Term life stays in place for a set period of time, often 10, 20, or 30 years. If you pass away while the policy is active, your beneficiaries will receive a death benefit. However, if you live one day past the term, your coverages ceases and your beneficiaries receive nothing. This is the most common type of insurance and also the least expensive. Most people purchase it to cover expenses during their working years, while their children are minors, or during some other set time period. By the time the policy lapses they have no need for the coverage and can happily eliminate this expense from their budget.
Permanent insurance, like whole life, universal life, and variable life, doesn’t ever lapse unless you stop paying your premiums. This means your beneficiaries will receive a death benefit whether you die tomorrow or live to be 110. These policies have a separate cash value component, and some allow you to invest a portion of the policy value for greater growth. However, they’re far more expensive than term policies and carry many extra fees. In fact, you’re likely to pay 6 to 10 times more for a whole life insurance policy than for a term life policy with the same death benefit.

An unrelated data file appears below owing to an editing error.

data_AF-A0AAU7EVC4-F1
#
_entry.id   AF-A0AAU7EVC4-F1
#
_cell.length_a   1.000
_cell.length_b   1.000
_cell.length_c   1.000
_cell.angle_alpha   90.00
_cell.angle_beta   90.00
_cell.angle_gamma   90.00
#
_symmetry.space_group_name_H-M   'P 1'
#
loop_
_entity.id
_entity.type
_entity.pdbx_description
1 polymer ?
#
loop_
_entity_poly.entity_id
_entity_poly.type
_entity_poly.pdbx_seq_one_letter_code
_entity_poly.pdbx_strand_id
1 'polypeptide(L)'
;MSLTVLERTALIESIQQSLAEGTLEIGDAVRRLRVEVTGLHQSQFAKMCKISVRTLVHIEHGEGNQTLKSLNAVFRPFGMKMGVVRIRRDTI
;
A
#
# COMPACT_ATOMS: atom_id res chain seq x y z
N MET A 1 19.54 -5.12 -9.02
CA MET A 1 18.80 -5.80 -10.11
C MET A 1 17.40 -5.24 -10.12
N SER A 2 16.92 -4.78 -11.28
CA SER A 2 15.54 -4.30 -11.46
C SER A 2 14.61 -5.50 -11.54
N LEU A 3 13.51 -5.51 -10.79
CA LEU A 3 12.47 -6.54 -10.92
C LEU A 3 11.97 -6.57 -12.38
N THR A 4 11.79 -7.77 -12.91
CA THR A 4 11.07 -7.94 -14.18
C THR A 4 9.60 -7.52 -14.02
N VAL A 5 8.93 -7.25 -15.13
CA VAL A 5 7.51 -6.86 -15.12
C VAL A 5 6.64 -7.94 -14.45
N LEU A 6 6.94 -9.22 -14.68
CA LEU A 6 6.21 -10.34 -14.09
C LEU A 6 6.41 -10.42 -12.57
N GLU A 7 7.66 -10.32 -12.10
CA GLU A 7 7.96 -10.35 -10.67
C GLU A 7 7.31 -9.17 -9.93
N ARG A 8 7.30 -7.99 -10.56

Finally, many carriers offer life insurance riders, which are basically mini policies that you can add to your main policy. Riders can add extra perks like lapse protection, early pay-out options, and providing coverage for long-term care needs. However, these also come with an extra cost.
As you get older, it becomes more expensive to purchase a life insurance policy.
The primary reasons for this is that the older you are, the fewer years you're expected to live. If you purchase a policy and then die shortly after, the insurance company won't have time to collect enough premiums to offset the death benefit.
After age 40, you can expect your premiums to increase by 10 to 15 percent for every year that you wait to buy a policy. Once you reach a certain age, some carriers will no longer offer policies.
The good news is, once you purchase a term life insurance policy, your monthly or annual premiums remain level throughout the entire time the policy is in force. You won't have to inform the company about any changes in your health or lifestyle and the fact that you’re getting older won't impact your premium. This makes buying a longer term policy advantageous as long as it fits into your budget and you continue to have a need for coverage.
Your health is another major factor that determines how much you’ll pay for a life insurance policy. The better your health, the less likely you are to die at a young age.